This may be a conservative idea, but it has bipartisan appeal. In fact, as Brooks points out, this idea was the driving force behind the welfare reform bill passed by a Republican Congress and signed by President Bill Clinton in 1996. When Clinton signed the reform bill, he explained, “From now on, our nation’s answer to this great social challenge will no longer be a never-ending cycle of welfare. It will be the dignity, the power, and the ethic of work.”
In the space of just a few years, that reform bill helped millions of Americans to leave the welfare rolls and find paying jobs. Child poverty fell to its lowest level in a generation. Despite the stagnation of the U.S. economy over the past seven years, much of this progress remains. Yet welfare reform in the 1990s only addressed one small corner of the welfare state.
The challenge today begins with fixing one of our most important anti-poverty programs, the Earned Income Tax Credit (EITC). EITC operates by giving tax refunds to low-income individuals who work full time. You can think of it as a reverse income tax that supplements your paycheck instead of taking away a percentage of what you earn. By definition, the program only helps those who work. It’s a powerful incentive to get a job rather than cobbling together enough benefits to get by.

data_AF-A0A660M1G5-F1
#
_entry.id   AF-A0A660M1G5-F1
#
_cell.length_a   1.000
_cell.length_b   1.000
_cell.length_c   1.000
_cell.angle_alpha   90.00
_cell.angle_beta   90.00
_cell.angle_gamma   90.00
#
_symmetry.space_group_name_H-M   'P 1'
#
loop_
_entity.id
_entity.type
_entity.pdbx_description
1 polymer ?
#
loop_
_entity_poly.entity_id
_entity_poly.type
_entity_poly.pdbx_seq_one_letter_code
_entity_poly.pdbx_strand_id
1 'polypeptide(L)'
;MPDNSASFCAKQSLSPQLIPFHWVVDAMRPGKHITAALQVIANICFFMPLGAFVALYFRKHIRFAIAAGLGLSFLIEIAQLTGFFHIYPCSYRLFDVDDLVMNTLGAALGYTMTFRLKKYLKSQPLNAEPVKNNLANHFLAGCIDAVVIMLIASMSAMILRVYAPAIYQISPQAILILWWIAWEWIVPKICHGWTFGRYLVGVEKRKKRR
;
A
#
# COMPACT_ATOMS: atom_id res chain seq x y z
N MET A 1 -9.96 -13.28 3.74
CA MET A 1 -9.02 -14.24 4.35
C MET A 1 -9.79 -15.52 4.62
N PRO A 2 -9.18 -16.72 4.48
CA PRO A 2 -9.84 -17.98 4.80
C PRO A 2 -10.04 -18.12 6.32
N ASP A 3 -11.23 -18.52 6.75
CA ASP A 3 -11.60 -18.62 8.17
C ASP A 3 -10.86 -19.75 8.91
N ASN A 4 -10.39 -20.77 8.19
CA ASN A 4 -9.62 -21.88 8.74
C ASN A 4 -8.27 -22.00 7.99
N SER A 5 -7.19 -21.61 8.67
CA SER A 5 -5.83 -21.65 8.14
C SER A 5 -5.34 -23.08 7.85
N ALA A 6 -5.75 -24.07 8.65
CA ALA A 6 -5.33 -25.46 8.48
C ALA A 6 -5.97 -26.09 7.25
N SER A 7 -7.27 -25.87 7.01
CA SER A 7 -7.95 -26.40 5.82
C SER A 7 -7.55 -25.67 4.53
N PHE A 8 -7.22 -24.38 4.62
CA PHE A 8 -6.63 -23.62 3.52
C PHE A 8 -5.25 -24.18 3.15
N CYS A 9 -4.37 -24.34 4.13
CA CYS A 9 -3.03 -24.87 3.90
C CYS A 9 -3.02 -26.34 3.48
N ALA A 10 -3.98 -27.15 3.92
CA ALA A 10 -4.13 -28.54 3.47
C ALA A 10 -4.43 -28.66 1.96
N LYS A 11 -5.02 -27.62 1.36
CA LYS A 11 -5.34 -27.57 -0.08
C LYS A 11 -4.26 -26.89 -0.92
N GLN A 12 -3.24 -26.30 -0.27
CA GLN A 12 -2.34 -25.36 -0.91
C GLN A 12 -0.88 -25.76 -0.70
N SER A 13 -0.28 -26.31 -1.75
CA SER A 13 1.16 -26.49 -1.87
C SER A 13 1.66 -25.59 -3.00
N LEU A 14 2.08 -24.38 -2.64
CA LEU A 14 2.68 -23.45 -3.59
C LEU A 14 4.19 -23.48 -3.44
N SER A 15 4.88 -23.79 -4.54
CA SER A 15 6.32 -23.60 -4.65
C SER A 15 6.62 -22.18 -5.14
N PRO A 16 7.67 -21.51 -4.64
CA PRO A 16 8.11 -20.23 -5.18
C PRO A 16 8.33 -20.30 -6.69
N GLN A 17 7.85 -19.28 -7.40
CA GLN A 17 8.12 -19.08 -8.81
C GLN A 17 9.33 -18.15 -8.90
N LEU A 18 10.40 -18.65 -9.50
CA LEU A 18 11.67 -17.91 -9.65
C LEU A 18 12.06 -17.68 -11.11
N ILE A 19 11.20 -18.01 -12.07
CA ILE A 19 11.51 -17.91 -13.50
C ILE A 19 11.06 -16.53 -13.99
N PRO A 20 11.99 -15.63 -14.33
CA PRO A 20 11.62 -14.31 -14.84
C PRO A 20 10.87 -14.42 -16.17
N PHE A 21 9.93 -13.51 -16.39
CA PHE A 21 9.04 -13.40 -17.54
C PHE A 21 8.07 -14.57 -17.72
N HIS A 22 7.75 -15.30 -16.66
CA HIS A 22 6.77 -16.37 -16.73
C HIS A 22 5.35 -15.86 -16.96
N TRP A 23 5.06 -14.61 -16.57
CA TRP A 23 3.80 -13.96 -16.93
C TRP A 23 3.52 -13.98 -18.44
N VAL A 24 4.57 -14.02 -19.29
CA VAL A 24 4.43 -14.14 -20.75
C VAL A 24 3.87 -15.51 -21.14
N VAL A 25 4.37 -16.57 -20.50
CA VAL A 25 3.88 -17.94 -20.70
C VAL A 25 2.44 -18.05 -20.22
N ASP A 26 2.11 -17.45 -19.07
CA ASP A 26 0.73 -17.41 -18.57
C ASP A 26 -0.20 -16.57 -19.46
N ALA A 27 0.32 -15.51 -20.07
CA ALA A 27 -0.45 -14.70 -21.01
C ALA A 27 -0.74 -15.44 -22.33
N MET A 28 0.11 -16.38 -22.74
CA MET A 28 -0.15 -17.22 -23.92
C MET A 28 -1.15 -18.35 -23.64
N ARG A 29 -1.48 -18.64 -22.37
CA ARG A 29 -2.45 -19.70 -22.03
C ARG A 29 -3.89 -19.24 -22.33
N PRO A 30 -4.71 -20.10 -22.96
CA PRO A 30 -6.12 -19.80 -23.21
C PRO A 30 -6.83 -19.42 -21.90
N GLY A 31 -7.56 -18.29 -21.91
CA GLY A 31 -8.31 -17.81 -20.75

At present, the EITC delivers much greater benefits to parents than it does to workers without children. That makes sense insofar as families deserve additional help. But we also need a strong incentive for single workers to start working, so that they can afford to get married, start families, and raise children. After all, intact families are one of the most important tools we have for fighting poverty.
The data clearly show that parents who get married before having children have much better odds of staying out of poverty and their children have a much better chance of joining the middle class. My own experience bears this out. Eventually, my parents started earning more. Like my brother and sisters, I went to college and found a good job. The lesson here is that no government program can support people the way that family can, but government programs can help keep families together.
Another challenge facing EITC is that the IRS does a very bad job of delivering benefits to the right people. In 2013, the inspector general for the Treasury Department found that one-fourth of EITC payments went to ineligible people, at a cost of $15 billion per year.
One bold proposal for improving EITC is to deliver some of the benefits in each paycheck, rather than having workers wait for a refund after they file their taxes each April. This approach should reduce fraud because employers will help to verify eligibility.
Reforming EITC is only one of the many initiatives that comprise a work-centered, family-oriented agenda to reform today’s bewildering and inefficient maze of anti-poverty programs. If conservatives make a wholehearted commitment to reforming these programs instead of just criticizing them, we can show that we are a big-hearted movement that knows how to help the needy while getting the economy moving again.
Evan McMullin is an independent candidate for president who spent 11 years as an officer with the CIA.